Tuesday, the iPhone 5 becomes out-dated when Apple is expected to unveil the next version of its super popular smart phone.
“They could come out with an iPhone 6, that’s the thing with these rumors, everyone is assuming they’re coming out with the iPhone 5S but it’s so hard to predict in advance,” GeekWire’s Todd Bishop told the Jason Rantz Show on KIRO Radio.
Bishop said the unpredictability is part of what makes an iPhone release fun – like a sporting event for geeks. It’s part of the magic that Apple has created surrounding its releases.
“Based on the rumors, […] it looks like we’re going to be seeing a new iPhone, an iPhone 5S, that has new colors and perhaps some new capabilities including a fingerprint reader in the home button,” said Bishop.
So instead of punching in a four number password to unlock your phone, your unique fingerprint would allow only you to use it. That technology has been used before and it will be a feature in at least two other phones before the end of the year.
“If anybody can pull this off on the first go-around, it would be a company like Apple,” said Bishop. “You’ve had fingerprint reading technology in laptops for sometime, so this particular approach is not completely foreign in the world of technology or with the people making the devices over in China.”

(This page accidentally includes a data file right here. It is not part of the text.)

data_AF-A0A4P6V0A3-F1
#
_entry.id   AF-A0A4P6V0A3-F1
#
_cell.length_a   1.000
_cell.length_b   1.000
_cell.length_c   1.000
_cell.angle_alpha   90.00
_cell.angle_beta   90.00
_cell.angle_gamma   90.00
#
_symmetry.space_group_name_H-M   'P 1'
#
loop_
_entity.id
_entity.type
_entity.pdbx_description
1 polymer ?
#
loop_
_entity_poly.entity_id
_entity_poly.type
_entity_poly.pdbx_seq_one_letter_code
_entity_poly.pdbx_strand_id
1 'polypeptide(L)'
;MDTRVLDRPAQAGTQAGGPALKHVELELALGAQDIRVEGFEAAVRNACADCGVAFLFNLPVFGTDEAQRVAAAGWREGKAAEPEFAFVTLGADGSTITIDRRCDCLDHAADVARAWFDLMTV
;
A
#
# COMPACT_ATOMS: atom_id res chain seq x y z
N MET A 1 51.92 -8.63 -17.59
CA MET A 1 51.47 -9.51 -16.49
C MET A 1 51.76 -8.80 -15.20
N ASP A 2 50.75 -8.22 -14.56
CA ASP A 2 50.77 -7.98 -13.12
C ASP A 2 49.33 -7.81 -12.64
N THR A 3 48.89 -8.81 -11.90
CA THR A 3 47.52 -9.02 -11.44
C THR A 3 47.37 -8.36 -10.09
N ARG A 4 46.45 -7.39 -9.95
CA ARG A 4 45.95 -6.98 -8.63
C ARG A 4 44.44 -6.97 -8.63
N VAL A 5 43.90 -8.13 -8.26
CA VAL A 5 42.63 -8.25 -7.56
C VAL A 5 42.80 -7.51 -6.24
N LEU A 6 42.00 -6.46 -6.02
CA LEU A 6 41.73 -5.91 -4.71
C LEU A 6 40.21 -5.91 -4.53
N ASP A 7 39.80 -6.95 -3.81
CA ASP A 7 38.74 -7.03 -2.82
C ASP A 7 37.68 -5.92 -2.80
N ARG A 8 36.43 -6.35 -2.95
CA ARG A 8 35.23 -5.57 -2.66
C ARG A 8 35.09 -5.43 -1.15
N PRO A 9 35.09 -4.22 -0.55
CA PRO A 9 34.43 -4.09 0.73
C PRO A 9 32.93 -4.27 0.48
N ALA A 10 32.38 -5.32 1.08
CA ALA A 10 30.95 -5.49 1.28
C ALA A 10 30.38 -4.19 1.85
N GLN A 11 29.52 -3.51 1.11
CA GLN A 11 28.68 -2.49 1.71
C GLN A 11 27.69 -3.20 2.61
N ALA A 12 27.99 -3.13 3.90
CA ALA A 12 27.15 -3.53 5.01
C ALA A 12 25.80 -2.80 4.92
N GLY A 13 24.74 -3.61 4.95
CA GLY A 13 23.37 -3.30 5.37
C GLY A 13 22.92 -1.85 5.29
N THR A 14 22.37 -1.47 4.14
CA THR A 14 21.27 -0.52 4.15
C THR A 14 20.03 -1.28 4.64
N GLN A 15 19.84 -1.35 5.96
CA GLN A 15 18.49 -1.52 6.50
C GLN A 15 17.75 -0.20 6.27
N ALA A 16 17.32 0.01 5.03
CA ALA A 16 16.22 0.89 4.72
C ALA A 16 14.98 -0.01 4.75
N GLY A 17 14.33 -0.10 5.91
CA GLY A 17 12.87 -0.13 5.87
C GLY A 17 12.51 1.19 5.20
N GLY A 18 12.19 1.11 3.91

Apple has been consistently improving its cameras, but Bishop said they still have some work ahead in that department.
“Apple is under pressure, actually, to boost the functionality of the megapixels and really just the quality of the iPhone camera. You look at what Nokia has […] Windows Phone, a 41 megapixel camera on the Lumia 1020, it’s a beautiful camera.”
But on the other hand, Bishop said the eight megapixels on the iPhone camera is not really something to write home about.
We’re assuming it’ll be the iPhone 5S, but have you heard of the iPhone 5C”? Bishop said the “C” stands for “cheaper.” In order to be competitive globally, Apple needs to get its smartphone in the hands of more people in China and other markets around the world, where Google’s Android phones are less expensive and more popular.
“Android is by far the leader in global market share and that is in large part because they’re so strong in those developing countries or in those places where handsets need to be cheaper,” Bishop explained. “But the iPhone is still the gold standard of smartphones. In many ways it’s perhaps not leading the market in every feature, but it is the IBM of smartphones: You cannot go wrong by recommending or buying an iPhone.”
By LINDA THOMAS
MyNorthwest.com’s Alyssa Kleven contributed to this report.